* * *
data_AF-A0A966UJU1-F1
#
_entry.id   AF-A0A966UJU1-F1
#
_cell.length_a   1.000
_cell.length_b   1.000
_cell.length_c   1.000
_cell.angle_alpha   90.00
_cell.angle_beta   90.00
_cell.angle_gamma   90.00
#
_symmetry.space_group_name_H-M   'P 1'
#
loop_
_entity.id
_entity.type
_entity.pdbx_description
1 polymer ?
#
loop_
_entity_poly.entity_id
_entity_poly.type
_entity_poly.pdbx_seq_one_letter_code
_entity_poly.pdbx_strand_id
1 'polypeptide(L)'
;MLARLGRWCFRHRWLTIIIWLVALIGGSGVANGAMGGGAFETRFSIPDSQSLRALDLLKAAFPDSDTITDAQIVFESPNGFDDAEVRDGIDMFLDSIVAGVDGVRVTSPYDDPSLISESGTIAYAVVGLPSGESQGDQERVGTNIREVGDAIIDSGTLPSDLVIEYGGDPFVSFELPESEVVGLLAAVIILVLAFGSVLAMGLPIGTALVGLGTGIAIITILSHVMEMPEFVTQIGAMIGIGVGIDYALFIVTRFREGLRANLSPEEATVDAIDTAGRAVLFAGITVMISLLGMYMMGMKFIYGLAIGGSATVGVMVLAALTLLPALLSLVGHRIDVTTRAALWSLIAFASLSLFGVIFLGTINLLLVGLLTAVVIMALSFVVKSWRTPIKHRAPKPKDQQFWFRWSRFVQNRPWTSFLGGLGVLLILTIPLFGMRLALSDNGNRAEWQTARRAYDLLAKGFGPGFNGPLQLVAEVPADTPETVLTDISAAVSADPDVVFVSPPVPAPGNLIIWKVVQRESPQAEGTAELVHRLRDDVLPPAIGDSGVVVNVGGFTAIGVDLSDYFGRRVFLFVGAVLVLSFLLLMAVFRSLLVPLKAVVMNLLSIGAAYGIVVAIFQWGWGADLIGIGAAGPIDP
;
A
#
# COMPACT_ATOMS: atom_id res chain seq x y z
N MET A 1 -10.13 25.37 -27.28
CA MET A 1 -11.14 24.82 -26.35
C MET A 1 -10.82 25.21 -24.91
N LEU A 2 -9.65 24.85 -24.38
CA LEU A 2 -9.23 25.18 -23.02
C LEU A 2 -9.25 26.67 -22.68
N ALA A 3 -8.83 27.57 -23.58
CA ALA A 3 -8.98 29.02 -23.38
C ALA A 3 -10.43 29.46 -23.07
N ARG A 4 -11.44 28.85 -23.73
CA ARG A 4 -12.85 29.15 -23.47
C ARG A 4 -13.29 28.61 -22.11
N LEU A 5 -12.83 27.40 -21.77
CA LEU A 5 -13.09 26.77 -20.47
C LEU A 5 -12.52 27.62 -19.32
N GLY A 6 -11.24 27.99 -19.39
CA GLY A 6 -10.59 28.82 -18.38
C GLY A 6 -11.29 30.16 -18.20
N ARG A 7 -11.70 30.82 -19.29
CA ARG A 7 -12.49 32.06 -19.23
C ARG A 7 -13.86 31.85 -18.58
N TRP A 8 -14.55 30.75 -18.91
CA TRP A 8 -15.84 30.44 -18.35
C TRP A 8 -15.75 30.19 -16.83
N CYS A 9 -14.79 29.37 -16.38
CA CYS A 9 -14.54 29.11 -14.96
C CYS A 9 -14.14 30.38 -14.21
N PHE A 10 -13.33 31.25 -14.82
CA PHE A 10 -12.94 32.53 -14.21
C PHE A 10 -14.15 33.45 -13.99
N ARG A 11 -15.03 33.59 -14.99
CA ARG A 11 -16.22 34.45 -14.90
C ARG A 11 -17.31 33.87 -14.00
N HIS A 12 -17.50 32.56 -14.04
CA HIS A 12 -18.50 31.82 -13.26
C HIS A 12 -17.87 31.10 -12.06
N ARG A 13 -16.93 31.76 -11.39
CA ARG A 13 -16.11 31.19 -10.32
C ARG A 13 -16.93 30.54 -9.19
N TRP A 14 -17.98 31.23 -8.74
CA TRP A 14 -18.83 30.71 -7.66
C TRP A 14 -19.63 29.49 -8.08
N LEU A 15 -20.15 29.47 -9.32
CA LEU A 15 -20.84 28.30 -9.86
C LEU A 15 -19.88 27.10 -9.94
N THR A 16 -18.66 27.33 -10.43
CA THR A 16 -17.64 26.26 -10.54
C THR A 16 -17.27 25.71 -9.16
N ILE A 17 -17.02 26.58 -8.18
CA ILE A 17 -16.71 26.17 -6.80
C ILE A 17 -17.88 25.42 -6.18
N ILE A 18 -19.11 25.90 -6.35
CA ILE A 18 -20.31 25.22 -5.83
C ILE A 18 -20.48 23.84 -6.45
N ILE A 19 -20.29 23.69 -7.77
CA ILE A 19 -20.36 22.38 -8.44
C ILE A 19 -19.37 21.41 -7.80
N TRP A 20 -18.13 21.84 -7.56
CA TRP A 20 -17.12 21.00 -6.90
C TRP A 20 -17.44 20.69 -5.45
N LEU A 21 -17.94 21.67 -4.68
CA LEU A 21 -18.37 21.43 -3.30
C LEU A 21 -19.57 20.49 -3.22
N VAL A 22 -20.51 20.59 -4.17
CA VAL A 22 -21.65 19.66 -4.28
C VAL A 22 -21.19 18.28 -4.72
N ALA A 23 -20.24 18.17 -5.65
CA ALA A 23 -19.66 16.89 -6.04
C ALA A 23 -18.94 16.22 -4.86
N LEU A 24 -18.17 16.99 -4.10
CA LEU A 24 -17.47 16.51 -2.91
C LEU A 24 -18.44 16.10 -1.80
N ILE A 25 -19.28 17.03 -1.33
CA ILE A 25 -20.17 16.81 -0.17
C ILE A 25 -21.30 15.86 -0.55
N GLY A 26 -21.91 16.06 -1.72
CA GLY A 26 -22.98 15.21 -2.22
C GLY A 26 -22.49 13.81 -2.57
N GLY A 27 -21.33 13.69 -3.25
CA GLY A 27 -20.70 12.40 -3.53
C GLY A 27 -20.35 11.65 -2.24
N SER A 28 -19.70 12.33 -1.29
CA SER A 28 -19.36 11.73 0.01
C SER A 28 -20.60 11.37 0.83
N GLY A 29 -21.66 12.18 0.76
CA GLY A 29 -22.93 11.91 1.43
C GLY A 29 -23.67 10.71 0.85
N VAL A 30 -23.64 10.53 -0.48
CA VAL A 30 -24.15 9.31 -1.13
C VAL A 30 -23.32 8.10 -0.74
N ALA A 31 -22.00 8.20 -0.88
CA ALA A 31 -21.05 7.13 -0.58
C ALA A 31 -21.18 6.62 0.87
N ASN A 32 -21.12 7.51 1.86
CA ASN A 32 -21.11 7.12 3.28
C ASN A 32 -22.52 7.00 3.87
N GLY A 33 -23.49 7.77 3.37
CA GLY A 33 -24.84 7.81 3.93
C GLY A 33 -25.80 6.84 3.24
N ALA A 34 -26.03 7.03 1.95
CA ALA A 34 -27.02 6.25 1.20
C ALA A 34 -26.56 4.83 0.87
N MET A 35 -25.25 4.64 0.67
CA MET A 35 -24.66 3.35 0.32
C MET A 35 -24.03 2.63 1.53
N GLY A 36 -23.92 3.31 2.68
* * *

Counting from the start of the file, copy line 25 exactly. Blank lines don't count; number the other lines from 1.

1 'polypeptide(L)'